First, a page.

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Early-Intervention Services in California

Q&A with Dennise Goldberg, President, Gold Standard Advocates


Dennise Goldberg
Photo courtesy of Dennise Goldberg

In California, children under three years of age who have developmental delays may be eligible for early-intervention services through the California Early Start Program. I asked Dennise Goldberg, president of Gold Standard Advocates and SpecialEducationAdvisor.com in Chatsworth, to give us a quick overview of early intervention in California and suggest some things parents can do to get started.

Who should a parent contact to ask about early-intervention services?

The State of California Department of Developmental Services, via the California Early Start Program, contracts with private nonprofit corporations called Regional Centers for developmental disabilities. There are twenty-one Regional Centers throughout the state. Contact the Regional Center closest to where you live. In California, the Regional Center has the responsibility for the birth to three-year-old population and implementation of the Individualized Family Service Plan (IFSP). [Download the brochure "A Family Introduction to California Early Start."]

What does early intervention look like in California?

The California Early Start Program provides early-intervention services for children with disabilities via the Regional Centers. Regional Centers provide evaluation and assessment to determine eligibility and service needs. Early-intervention services will then be determined at an IFSP team meeting based on the unique needs of the child, with input from the parents. IFSP services will be provided, purchased, or arranged through the Regional Center. The Regional Center has a network of vendors it uses to provide services. Many of the services are provided in a natural setting such as the home environment or in a one-on-one clinical setting depending on the child’s needs. IFSP services are provided at no cost to families. Use of private insurance is another payment option, but it is voluntary, requires the family‘s informed consent, and must not require the family to incur a loss of coverage benefits or cost. [Download the booklet "Parents' Rights: An Early Start Resource for Families."]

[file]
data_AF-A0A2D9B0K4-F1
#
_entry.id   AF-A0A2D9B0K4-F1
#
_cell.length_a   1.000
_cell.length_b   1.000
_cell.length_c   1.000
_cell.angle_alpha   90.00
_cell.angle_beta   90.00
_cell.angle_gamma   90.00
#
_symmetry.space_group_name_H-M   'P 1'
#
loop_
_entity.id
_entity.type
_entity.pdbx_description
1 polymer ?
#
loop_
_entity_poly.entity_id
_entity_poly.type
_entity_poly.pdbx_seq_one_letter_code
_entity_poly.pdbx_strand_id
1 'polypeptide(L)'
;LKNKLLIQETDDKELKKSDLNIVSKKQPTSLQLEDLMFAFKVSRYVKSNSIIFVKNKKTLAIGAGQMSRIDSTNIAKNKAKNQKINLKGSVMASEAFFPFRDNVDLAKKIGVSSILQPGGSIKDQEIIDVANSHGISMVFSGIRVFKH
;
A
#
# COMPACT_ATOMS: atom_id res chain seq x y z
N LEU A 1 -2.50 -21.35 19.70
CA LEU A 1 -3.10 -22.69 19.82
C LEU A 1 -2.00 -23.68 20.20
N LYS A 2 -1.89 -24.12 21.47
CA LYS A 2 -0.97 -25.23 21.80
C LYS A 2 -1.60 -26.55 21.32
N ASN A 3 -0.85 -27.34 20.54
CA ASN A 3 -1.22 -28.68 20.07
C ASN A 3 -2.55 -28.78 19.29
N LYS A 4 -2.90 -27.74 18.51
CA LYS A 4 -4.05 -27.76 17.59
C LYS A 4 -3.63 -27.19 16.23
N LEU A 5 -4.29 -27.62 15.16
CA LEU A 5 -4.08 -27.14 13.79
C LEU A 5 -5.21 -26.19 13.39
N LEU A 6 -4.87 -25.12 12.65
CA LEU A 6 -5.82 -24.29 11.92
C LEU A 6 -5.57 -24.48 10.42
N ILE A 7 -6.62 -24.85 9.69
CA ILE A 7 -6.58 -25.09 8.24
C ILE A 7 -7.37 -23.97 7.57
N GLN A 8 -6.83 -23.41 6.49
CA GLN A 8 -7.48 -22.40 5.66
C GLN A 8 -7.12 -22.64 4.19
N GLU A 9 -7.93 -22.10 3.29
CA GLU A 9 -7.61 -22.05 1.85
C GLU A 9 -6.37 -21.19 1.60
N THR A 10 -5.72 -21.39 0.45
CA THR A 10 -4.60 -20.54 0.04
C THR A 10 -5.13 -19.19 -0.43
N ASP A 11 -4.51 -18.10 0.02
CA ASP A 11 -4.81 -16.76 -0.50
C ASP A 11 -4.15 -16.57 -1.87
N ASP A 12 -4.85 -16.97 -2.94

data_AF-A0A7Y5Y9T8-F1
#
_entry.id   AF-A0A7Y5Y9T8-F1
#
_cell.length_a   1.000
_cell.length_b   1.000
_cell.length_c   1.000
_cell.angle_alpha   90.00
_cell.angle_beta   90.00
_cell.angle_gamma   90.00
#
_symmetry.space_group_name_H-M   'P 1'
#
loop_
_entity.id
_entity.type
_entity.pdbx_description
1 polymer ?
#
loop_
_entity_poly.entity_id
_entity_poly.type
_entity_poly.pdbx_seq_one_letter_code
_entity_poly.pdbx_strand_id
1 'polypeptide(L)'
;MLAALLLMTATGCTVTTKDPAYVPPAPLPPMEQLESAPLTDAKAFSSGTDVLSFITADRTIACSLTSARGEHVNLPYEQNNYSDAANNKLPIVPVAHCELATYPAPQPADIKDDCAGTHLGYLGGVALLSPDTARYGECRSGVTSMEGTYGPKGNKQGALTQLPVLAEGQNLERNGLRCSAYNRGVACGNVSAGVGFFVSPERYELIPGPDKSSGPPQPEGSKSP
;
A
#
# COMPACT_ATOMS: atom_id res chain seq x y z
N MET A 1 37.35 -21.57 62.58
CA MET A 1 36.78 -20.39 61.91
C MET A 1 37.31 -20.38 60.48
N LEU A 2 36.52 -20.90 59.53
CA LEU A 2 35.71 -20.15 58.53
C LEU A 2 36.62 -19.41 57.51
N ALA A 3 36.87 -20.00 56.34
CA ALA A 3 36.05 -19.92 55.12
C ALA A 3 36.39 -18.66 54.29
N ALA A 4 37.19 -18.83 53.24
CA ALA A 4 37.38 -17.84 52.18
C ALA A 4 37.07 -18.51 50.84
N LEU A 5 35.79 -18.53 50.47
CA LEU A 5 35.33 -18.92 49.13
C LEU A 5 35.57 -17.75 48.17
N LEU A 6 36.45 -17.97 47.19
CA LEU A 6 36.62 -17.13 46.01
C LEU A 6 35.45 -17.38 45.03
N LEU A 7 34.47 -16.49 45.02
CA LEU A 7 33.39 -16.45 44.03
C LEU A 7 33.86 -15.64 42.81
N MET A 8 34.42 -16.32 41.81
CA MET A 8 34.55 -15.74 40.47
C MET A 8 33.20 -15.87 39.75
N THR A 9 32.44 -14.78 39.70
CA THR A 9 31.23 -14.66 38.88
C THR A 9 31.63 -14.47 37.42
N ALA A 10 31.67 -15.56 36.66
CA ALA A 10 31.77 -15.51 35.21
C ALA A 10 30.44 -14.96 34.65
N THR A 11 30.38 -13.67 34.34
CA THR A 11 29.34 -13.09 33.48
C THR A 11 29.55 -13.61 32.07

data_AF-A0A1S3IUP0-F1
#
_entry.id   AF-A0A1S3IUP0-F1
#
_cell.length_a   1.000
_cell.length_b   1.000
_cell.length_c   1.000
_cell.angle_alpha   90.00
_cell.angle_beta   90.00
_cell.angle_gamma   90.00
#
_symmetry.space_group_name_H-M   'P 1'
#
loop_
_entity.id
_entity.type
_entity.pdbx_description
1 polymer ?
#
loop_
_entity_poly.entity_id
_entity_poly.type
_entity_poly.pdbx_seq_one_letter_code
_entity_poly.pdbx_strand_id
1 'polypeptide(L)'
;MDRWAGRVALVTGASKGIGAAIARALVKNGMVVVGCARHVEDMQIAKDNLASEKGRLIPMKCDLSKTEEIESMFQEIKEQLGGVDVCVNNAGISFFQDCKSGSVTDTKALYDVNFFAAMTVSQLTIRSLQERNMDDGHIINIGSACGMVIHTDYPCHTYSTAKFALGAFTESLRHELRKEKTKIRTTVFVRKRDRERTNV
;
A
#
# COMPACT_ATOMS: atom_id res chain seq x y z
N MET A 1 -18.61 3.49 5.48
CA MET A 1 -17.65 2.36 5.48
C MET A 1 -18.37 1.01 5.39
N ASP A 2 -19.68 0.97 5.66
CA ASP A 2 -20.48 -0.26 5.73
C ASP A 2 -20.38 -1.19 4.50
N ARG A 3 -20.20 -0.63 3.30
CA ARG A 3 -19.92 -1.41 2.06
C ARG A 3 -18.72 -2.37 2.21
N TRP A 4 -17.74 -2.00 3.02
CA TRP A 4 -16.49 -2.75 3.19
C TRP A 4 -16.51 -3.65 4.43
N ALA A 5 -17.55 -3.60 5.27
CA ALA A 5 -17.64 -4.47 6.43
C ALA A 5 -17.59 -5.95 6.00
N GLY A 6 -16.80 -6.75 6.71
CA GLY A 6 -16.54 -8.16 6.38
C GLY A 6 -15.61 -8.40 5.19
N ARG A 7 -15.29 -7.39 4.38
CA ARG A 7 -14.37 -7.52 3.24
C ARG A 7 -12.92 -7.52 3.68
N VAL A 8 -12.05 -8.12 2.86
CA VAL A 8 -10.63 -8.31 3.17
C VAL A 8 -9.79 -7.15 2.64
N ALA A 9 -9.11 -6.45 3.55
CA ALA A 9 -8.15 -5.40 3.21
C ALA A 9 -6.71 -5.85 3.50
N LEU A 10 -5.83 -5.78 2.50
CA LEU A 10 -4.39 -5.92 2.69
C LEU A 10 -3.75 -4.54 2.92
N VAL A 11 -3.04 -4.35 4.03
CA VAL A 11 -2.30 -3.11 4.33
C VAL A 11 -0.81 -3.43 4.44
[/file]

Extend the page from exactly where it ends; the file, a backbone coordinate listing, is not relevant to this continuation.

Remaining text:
Do you have any advice for parents about early-intervention services?

Raising a child with a disability is a journey that takes knowledge, patience, and support. Part of the California Early Start Program is a partnership with the Family Resource Centers of California, which help provide parent-to-parent support, education, and camaraderie with other parents of children with special needs. I highly encourage all parents to call their local Family Resource Center and start creating their support and learning networks as early as possible.

How does the transition between early intervention and special education work?

By the time the child reaches two years and nine months old, the IFSP team must conduct a transition meeting. Typically, this meeting will let the team discuss the child’s transition needs and formulate a transition plan. From this conversation, the school district and the rest of the team should come up with an Individualized Education Program (IEP) assessment plan for the parents to consent to. This meeting is held no later than three months prior to the child’s third birthday in order to give the school district time to come up with an assessment plan (no more than fifteen days); give the parents time to consent to the assessment plan (at least fifteen days); and give the school district time to assess the child in all areas of suspected disability (no more than sixty days from when the parents consent to the assessment plan). When the child reaches three year old, all of the assessments need to be completed, an initial IEP meeting needs to be held, and the IEP needs to be implemented.

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About Dennise Goldberg: Dennise Goldberg is president of Gold Standard Advocates, Inc. and SpecialEducationAdvisor.com. Gold Standard Advocates is a team of paid special-education advocates in Southern California who help parents attain special-education services for children with disabilities from the public school system. While Gold Standard Advocates are not attorneys, they are extremely helpful in IEP meetings to assist in the negotiation process between parents and schools. To contact Gold Standard Advocates, Inc., call 818-993-3011 or fill out our contact form. SpecialEducationAdvisor.com is a community of parents, educators, and special-education service providers dedicated to helping families with special-education-needs children understand their special-education rights and receive appropriate special-education services.

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